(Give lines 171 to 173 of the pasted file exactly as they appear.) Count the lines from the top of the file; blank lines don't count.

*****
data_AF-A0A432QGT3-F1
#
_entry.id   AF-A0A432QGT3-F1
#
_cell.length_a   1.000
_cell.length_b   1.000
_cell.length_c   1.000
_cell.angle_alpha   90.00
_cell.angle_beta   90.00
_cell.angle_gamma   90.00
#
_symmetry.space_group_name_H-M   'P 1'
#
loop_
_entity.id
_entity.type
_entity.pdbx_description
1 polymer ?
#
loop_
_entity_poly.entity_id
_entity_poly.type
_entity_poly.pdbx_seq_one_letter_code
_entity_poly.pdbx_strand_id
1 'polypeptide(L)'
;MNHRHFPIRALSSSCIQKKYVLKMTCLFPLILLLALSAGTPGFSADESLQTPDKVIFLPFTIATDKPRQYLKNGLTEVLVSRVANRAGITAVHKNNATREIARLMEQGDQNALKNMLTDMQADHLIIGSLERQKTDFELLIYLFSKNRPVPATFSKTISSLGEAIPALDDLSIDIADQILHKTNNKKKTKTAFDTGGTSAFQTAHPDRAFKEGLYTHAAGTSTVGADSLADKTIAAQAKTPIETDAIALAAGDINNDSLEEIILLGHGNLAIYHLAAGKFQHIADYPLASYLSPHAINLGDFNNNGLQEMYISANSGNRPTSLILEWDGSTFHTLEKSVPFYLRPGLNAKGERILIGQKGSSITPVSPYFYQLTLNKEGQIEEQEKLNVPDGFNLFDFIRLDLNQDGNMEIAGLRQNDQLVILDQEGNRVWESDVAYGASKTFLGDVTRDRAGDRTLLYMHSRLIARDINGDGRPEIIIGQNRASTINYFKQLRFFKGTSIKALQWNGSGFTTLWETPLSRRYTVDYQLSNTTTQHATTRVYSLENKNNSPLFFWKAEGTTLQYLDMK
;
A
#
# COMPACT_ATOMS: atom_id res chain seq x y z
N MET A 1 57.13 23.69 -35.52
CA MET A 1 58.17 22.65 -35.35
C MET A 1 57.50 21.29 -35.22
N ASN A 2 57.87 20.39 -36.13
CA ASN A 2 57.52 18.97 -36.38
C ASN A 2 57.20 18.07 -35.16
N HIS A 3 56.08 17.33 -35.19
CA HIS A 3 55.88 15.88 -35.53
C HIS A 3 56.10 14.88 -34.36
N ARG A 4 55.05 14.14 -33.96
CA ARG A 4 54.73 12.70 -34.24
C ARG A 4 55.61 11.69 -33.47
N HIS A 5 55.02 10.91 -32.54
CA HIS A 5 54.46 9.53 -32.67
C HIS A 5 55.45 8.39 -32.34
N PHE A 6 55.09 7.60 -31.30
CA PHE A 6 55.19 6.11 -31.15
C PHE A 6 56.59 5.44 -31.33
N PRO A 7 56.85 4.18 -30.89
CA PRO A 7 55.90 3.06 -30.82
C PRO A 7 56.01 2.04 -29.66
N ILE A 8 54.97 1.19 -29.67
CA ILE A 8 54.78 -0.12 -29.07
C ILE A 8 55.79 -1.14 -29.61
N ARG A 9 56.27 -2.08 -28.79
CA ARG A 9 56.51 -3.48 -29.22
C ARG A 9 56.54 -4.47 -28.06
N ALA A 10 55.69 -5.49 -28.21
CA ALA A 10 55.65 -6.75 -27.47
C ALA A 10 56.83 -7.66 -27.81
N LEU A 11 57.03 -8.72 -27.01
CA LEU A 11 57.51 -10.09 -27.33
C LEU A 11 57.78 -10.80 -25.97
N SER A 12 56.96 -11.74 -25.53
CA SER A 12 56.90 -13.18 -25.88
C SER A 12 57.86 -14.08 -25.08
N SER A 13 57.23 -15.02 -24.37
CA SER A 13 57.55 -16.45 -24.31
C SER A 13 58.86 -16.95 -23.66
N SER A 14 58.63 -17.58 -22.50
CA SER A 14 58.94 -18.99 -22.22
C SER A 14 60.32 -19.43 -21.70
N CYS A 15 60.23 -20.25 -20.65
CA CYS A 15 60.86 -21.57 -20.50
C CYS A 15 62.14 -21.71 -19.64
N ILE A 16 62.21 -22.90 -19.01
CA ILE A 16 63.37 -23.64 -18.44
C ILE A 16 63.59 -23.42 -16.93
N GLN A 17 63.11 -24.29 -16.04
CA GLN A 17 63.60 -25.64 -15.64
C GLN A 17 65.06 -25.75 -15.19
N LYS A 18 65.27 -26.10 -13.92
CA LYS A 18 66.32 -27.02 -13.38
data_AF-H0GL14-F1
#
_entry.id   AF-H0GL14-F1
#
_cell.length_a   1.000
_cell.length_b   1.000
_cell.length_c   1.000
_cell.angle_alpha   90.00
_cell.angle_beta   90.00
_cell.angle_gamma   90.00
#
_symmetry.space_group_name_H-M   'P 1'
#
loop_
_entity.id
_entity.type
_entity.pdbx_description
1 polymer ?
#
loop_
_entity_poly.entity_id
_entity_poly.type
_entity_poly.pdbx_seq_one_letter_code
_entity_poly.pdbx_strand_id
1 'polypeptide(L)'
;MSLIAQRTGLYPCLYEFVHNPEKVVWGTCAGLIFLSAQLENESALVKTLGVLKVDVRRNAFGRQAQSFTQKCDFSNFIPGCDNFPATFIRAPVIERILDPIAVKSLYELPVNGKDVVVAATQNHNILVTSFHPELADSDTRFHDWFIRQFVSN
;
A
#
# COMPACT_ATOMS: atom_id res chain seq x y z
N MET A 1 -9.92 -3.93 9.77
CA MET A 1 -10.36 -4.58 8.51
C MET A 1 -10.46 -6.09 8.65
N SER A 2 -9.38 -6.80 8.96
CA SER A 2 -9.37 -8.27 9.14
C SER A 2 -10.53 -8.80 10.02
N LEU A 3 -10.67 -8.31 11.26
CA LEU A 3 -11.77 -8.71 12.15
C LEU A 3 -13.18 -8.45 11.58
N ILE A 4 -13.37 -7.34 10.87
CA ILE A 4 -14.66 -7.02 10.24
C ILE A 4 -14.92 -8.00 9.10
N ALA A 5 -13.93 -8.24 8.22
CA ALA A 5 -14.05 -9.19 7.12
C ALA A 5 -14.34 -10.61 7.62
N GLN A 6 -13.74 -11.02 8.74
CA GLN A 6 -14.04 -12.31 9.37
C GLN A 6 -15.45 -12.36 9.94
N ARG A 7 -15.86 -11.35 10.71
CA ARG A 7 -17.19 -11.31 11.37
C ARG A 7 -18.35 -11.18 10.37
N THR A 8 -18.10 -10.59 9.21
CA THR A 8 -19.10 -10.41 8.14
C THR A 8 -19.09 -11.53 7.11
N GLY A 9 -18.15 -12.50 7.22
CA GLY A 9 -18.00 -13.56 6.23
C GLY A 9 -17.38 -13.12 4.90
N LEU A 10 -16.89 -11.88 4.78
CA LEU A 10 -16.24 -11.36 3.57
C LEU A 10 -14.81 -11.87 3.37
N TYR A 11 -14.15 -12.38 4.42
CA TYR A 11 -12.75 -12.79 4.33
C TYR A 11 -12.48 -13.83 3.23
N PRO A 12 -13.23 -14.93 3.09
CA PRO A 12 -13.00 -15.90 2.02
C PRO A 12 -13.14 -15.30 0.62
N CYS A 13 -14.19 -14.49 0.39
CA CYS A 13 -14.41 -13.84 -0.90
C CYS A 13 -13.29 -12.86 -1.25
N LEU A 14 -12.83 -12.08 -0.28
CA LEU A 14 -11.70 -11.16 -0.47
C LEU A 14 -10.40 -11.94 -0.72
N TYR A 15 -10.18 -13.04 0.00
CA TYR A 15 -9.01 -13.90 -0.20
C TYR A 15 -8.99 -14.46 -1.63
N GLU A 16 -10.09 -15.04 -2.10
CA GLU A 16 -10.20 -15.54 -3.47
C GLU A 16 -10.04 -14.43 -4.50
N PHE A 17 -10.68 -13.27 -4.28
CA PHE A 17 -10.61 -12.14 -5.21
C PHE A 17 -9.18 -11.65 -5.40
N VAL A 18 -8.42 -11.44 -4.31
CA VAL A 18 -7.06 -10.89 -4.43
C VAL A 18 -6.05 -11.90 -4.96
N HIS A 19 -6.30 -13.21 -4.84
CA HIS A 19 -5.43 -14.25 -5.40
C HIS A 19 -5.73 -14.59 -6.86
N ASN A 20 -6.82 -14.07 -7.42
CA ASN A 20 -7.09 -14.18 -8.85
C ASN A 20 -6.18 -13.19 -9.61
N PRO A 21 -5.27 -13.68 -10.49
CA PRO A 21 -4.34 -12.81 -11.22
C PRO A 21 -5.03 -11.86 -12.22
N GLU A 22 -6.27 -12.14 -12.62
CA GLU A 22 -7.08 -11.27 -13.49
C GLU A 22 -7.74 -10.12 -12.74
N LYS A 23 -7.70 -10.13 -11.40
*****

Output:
N ASN A 20 -6.82 -14.07 -7.42
CA ASN A 20 -7.09 -14.18 -8.85
C ASN A 20 -6.18 -13.19 -9.61